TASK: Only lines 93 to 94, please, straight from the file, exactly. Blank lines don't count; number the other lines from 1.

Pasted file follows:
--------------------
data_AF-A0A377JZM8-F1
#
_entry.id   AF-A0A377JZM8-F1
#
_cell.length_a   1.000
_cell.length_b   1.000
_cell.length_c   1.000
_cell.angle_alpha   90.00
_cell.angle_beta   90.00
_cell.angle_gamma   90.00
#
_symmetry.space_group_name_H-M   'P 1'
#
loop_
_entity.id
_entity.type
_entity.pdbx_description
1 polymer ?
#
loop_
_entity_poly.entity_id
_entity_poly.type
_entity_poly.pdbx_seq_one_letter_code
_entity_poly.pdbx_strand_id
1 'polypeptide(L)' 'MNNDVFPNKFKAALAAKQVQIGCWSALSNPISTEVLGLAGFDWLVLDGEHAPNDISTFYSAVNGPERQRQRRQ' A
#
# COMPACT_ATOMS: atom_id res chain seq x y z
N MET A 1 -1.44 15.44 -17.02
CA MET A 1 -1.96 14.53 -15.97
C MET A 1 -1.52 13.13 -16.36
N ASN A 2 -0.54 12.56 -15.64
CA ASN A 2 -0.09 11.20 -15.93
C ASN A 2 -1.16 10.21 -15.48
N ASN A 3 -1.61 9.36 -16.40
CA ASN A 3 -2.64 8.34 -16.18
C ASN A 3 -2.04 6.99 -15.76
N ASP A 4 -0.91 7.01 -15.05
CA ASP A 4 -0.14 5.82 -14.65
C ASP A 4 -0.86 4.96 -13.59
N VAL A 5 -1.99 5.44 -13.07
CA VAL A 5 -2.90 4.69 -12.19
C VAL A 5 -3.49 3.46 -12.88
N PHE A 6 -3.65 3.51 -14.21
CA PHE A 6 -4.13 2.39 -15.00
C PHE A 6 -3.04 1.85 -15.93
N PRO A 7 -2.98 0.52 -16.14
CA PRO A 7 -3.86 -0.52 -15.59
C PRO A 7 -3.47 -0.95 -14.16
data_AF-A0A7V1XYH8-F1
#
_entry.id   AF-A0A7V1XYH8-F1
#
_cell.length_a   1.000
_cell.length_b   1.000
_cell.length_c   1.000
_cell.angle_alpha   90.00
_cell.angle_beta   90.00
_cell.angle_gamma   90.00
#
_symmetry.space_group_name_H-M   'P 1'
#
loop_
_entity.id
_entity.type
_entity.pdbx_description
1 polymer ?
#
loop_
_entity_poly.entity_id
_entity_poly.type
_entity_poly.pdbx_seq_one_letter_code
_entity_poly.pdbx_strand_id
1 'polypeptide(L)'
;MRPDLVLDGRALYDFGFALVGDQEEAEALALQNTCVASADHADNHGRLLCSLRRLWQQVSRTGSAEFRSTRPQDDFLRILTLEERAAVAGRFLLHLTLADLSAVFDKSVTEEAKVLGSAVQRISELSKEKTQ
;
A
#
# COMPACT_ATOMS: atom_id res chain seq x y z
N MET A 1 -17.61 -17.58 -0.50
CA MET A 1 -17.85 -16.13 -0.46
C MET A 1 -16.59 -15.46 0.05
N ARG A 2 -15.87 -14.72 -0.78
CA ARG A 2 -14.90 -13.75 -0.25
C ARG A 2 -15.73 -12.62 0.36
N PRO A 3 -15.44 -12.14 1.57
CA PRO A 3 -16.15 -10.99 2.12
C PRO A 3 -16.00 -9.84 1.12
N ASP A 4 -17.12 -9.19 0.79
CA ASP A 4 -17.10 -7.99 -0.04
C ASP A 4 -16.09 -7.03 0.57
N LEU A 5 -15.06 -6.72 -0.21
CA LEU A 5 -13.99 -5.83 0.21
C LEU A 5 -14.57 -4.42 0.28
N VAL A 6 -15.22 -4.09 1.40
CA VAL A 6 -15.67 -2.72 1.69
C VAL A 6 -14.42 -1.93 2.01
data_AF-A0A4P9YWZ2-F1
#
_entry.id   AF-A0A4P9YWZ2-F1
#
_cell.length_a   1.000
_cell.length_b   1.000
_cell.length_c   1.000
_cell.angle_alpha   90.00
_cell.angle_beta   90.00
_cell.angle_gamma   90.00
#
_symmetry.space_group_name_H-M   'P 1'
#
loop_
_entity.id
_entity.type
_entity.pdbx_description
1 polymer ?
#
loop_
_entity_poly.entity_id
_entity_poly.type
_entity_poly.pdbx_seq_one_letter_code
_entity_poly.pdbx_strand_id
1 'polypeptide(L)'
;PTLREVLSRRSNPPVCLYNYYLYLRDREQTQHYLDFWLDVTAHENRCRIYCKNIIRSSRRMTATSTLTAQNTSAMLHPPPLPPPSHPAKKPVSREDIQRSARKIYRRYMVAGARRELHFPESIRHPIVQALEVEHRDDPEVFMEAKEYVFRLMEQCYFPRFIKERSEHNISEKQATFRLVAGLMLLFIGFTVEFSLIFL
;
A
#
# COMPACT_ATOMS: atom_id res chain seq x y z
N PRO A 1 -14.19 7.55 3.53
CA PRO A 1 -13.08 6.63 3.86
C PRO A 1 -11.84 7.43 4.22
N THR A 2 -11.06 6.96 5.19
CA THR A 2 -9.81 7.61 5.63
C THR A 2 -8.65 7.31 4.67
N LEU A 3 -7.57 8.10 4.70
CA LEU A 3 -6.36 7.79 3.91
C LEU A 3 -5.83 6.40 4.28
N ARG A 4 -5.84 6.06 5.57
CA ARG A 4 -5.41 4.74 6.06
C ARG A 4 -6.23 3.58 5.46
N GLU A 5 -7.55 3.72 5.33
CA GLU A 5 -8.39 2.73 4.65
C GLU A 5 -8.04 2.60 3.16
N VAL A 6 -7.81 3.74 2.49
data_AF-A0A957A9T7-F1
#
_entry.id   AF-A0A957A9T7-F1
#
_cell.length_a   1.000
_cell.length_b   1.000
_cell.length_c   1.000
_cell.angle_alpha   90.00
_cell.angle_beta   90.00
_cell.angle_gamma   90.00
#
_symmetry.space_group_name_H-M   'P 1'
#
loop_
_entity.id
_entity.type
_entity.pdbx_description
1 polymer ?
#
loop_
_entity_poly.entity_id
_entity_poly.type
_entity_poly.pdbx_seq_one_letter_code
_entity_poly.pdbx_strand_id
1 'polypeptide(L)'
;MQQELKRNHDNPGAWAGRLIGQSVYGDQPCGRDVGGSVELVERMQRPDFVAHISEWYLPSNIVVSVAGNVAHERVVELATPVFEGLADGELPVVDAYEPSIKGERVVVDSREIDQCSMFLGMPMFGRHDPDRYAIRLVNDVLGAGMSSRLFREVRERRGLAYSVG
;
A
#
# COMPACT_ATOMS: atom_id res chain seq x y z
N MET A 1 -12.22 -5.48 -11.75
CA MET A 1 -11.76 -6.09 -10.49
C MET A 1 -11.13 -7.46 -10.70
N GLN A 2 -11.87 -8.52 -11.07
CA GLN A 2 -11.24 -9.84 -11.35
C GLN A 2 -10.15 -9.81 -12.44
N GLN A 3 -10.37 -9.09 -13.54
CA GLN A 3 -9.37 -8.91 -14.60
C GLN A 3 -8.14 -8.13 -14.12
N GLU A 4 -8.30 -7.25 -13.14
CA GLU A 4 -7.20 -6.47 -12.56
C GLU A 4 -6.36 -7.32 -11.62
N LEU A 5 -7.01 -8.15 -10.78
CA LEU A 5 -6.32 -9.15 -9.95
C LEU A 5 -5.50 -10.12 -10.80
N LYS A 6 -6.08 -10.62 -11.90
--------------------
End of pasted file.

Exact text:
C LEU A 5 -14.57 -4.42 0.28
N VAL A 6 -15.22 -4.09 1.40